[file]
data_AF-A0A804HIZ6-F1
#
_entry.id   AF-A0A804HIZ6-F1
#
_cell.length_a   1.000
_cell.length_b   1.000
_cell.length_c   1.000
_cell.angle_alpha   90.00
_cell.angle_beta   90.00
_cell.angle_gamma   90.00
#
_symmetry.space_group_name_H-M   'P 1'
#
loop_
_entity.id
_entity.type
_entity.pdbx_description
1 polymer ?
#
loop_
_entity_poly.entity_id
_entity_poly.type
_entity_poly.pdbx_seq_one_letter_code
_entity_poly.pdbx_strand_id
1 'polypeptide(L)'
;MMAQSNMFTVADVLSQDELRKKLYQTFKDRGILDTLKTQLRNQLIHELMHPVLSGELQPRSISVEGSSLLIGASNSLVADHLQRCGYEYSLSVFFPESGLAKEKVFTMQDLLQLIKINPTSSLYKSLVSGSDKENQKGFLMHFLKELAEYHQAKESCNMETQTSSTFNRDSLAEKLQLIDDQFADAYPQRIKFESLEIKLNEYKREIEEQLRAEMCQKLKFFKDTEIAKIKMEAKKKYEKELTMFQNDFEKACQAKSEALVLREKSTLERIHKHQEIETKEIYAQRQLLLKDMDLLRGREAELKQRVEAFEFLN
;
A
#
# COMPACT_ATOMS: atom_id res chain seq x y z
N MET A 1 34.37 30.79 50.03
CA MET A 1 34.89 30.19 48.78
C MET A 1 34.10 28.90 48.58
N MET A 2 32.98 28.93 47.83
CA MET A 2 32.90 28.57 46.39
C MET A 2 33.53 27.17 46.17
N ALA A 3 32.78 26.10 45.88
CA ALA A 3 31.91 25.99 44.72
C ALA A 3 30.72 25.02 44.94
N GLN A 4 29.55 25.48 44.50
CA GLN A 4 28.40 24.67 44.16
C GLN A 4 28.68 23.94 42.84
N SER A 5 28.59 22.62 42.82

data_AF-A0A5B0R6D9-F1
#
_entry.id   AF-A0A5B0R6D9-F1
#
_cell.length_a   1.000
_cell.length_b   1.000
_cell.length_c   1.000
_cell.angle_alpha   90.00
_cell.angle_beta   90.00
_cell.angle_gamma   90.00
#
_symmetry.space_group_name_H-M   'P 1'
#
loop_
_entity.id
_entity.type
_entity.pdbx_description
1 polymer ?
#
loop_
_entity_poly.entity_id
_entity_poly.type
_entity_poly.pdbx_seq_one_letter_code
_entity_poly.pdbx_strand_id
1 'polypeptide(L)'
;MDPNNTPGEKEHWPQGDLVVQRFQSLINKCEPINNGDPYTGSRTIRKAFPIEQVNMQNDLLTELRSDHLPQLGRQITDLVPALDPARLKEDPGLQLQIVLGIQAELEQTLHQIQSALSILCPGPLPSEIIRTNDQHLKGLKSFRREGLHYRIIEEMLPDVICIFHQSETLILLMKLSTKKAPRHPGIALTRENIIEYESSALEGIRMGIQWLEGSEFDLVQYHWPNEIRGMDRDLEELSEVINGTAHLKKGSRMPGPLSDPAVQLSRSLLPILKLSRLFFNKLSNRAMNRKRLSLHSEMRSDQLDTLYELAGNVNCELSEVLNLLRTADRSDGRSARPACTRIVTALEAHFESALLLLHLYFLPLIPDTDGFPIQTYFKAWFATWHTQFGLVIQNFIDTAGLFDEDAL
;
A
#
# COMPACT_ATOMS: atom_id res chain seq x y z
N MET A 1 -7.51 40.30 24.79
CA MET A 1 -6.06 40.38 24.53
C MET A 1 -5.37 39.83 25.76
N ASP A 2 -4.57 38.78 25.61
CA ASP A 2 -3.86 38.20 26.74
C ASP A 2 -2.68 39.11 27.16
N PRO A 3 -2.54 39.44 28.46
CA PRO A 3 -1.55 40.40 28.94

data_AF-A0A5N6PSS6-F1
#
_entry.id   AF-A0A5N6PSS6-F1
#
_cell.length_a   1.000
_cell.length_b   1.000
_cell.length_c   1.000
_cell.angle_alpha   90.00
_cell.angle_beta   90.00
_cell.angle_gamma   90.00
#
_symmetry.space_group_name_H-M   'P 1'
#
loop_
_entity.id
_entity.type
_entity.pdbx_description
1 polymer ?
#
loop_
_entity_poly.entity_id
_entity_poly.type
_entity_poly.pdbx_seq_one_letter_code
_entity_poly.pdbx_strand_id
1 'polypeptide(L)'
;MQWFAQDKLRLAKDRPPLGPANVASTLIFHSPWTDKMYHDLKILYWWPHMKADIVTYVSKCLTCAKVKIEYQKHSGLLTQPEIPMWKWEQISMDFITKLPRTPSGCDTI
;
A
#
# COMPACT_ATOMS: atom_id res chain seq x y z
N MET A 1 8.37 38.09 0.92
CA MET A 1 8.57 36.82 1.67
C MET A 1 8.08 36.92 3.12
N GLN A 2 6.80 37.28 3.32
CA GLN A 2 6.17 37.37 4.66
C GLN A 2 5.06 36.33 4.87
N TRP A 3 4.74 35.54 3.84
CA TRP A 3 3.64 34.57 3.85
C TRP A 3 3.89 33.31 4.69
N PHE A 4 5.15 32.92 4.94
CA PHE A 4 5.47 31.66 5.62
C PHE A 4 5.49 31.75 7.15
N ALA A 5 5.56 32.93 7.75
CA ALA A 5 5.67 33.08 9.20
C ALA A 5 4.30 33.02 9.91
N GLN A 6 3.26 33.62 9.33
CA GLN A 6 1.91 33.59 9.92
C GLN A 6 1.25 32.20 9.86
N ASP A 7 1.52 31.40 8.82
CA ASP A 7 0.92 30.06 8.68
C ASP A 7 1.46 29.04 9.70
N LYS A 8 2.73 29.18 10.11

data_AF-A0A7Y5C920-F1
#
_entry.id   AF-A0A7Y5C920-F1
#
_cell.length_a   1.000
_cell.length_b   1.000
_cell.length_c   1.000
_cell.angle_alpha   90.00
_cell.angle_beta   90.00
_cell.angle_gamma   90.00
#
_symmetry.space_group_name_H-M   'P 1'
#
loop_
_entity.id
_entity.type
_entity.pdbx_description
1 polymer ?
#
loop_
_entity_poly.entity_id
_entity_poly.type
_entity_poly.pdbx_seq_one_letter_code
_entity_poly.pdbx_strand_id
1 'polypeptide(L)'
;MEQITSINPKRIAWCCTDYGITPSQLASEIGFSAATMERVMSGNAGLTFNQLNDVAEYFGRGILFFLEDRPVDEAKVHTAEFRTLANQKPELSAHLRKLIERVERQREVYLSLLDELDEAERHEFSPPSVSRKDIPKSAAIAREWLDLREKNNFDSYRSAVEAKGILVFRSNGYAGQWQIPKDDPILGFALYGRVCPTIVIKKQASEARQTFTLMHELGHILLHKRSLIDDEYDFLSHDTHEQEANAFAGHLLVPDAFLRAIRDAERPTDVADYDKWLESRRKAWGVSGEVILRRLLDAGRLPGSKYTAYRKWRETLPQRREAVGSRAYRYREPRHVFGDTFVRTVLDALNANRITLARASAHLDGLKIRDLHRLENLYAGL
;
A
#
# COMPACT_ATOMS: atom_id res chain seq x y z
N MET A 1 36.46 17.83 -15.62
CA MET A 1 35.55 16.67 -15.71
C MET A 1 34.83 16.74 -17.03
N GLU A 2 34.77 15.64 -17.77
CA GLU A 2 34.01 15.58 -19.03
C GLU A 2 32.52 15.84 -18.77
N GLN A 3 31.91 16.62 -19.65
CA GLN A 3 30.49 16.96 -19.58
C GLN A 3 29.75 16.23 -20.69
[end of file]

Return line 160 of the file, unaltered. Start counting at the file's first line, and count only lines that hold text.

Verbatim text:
;